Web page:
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MAB2.0 project: Integrating algae production into wastewater treatment

Balázs József Nagy
  • Budapest Sewage Works Ltd., Budapest, Hungary
  • Fermentation Pilot Plant Laboratory, Department of Applied Biotechnology and Food Science, Budapest University of Technology and Economics, Budapest, Hungary
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/ Magdolna Makó / István Erdélyi / Andrea Ramirez
  • Energy & Industry, Faculty of Technology, Policy and Management, Delft University of Technology, Delft, The Netherlands
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/ Jonathan Moncada
  • Energy & Resources, Copernicus Institute of Sustainable Development, Utrecht University, Utrecht, The Netherlands
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/ Iris Vural Gursel
  • Energy & Resources, Copernicus Institute of Sustainable Development, Utrecht University, Utrecht, The Netherlands
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/ Ana Ruiz-Martínez
  • CALAGUA – Unidad Mixta UV-UPV, Departament d’Enginyeria Química, Universitat de València, Valencia, Spain
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/ Aurora Seco
  • CALAGUA – Unidad Mixta UV-UPV, Departament d’Enginyeria Química, Universitat de València, Valencia, Spain
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/ José Ferrer
  • CALAGUA – Unidad Mixta UV-UPV, Institut Universitari d’Investigació d’Enginyeria de l’Aigua i Medi Ambient – IIAMA, Universitat Politècnica de Valencia, Valencia, Spain
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/ Fabian Abiusi / Hans Reith / Lambertus A.M. van den Broek / Jordan Seira / Diana Garcia-Bernet / Jean-Philippe Steyer / Miklós Gyalai-Korpos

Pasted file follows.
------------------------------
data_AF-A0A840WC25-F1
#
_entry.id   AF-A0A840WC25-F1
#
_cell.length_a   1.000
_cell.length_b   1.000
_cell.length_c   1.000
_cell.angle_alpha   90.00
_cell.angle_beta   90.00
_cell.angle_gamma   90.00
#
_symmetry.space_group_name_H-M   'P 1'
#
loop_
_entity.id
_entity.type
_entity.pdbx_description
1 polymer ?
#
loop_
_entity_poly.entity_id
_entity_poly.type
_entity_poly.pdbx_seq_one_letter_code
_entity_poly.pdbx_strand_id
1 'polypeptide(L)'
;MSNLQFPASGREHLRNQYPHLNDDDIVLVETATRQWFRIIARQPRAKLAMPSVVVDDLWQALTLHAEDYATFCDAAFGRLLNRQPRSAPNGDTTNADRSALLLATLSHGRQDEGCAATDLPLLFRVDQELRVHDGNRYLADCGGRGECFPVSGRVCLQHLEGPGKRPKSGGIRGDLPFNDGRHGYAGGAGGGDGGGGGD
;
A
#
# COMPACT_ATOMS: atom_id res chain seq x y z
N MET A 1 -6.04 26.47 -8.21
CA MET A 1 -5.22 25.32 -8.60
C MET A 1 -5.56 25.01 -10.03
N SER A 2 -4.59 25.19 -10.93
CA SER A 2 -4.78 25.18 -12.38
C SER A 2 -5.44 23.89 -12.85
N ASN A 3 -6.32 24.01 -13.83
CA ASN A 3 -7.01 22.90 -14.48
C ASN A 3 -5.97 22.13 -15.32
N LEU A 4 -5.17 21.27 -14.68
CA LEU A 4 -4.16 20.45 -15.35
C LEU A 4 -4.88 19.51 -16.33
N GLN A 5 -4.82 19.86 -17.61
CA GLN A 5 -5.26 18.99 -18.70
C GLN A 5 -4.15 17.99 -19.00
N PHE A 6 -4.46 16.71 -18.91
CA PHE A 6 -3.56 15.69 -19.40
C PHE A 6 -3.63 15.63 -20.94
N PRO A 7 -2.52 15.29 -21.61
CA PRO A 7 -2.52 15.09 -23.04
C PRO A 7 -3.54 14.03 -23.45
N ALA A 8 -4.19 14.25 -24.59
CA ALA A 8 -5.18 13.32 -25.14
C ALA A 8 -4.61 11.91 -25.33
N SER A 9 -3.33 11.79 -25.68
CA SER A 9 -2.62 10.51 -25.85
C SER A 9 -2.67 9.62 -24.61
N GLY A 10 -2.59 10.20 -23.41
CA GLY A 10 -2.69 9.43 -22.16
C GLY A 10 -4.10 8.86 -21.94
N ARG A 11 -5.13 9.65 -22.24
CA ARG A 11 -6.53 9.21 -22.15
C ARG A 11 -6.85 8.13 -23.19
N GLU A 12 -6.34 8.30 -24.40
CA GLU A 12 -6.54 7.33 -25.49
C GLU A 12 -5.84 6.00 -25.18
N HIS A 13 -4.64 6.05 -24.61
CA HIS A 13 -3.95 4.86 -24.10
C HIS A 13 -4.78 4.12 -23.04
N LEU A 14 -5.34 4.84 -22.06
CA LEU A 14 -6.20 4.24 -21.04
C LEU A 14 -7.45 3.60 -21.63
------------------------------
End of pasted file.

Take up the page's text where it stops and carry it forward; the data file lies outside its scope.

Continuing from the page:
Published Online: 2018-02-06 | DOI: https://doi.org/10.2478/ebtj-2018-0003


Different species of microalgae are highly efficient in removing nutrients from wastewater streams and are able to grow using flue gas as a CO2 source. These features indicate that application of microalgae has a promising outlook in wastewater treatment. However, practical aspects and process of integration of algae cultivation into an existing wastewater treatment line have not been investigated. The Climate-KIC co-funded Microalgae Biorefinery 2.0 project developed and demonstrated this integration process through a case study. The purpose of this paper is to introduce this process by phases and protocols, as well as report on the challenges and bottlenecks identified in the case study. These standardized technical protocols detailed in the paper help to assess different aspects of integration including biological aspects such as strain selection, as well as economic and environmental impacts. This process is necessary to guide wastewater treatment plants through the integration of algae cultivation, as unfavourable parameters of the different wastewater related feedstock streams need specific attention and management. In order to obtain compelling designs, more emphasis needs to be put on the engineering aspects of integration. Well-designed integration can lead to operational cost saving and proper feedstock treatment enabling algae growth.

Keywords: wastewater treatment; microalgae; bioresource


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About the article

Published Online: 2018-02-06

Published in Print: 2018-01-01

Citation Information: The EuroBiotech Journal, Volume 2, Issue 1, Pages 10–23, ISSN (Online) 2564-615X, DOI: https://doi.org/10.2478/ebtj-2018-0003.

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© 2018. This work is licensed under the Creative Commons Attribution-NonCommercial-NoDerivatives 4.0 License. BY-NC-ND 4.0

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